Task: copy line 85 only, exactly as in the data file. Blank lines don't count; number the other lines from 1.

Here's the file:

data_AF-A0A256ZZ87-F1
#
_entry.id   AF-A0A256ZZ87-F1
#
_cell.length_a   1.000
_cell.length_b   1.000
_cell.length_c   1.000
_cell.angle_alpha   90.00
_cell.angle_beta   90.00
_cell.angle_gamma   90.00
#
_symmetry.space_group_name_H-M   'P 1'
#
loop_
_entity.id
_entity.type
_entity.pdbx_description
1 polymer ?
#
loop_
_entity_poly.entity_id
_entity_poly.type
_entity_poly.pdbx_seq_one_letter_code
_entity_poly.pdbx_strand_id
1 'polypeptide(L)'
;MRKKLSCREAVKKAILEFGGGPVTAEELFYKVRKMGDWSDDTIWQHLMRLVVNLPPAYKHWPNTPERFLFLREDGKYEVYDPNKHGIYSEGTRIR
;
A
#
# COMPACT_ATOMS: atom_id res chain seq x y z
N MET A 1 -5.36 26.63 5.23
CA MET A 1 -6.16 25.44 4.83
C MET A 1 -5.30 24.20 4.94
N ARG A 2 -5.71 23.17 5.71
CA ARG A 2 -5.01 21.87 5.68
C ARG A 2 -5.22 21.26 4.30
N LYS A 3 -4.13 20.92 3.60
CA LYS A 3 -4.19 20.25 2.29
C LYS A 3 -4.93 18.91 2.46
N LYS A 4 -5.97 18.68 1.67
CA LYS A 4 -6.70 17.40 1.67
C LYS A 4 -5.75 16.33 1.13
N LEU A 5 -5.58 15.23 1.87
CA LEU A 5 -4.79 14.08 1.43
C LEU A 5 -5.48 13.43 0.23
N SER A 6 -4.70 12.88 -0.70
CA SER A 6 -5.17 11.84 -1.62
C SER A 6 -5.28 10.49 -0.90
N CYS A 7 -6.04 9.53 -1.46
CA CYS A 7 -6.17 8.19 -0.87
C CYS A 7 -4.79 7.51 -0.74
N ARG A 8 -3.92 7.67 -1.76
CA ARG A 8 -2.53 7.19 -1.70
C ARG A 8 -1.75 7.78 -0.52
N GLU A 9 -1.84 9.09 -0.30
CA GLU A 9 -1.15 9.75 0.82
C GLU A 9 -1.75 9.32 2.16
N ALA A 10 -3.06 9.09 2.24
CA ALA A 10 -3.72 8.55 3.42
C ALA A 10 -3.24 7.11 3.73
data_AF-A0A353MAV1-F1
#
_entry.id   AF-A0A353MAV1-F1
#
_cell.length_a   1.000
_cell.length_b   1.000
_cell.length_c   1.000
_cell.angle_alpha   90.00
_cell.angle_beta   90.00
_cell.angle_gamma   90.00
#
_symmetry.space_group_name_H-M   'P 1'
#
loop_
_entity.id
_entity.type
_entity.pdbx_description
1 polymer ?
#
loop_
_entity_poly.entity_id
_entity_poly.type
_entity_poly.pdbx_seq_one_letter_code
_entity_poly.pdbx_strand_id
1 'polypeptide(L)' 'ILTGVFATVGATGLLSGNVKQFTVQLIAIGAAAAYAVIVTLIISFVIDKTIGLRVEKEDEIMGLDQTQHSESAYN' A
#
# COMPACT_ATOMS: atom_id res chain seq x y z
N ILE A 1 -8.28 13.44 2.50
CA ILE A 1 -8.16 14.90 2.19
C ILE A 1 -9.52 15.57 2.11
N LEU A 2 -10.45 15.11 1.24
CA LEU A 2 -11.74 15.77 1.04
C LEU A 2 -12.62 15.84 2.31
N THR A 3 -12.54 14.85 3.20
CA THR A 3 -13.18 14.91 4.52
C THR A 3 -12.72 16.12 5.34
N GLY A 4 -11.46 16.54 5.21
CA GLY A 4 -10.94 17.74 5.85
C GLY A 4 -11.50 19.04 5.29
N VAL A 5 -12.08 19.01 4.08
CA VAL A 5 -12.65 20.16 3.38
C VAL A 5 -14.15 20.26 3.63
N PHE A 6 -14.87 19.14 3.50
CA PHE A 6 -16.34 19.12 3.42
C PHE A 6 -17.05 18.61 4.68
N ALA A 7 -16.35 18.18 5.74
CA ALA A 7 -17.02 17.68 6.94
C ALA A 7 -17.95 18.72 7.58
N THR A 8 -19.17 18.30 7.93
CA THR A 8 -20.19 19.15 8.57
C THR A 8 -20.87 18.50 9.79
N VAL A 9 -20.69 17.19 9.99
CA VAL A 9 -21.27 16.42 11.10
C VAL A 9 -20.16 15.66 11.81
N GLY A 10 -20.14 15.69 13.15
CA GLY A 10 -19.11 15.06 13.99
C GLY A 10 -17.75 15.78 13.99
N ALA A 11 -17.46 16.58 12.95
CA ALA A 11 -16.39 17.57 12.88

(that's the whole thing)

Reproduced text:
1 'polypeptide(L)' 'ILTGVFATVGATGLLSGNVKQFTVQLIAIGAAAAYAVIVTLIISFVIDKTIGLRVEKEDEIMGLDQTQHSESAYN' A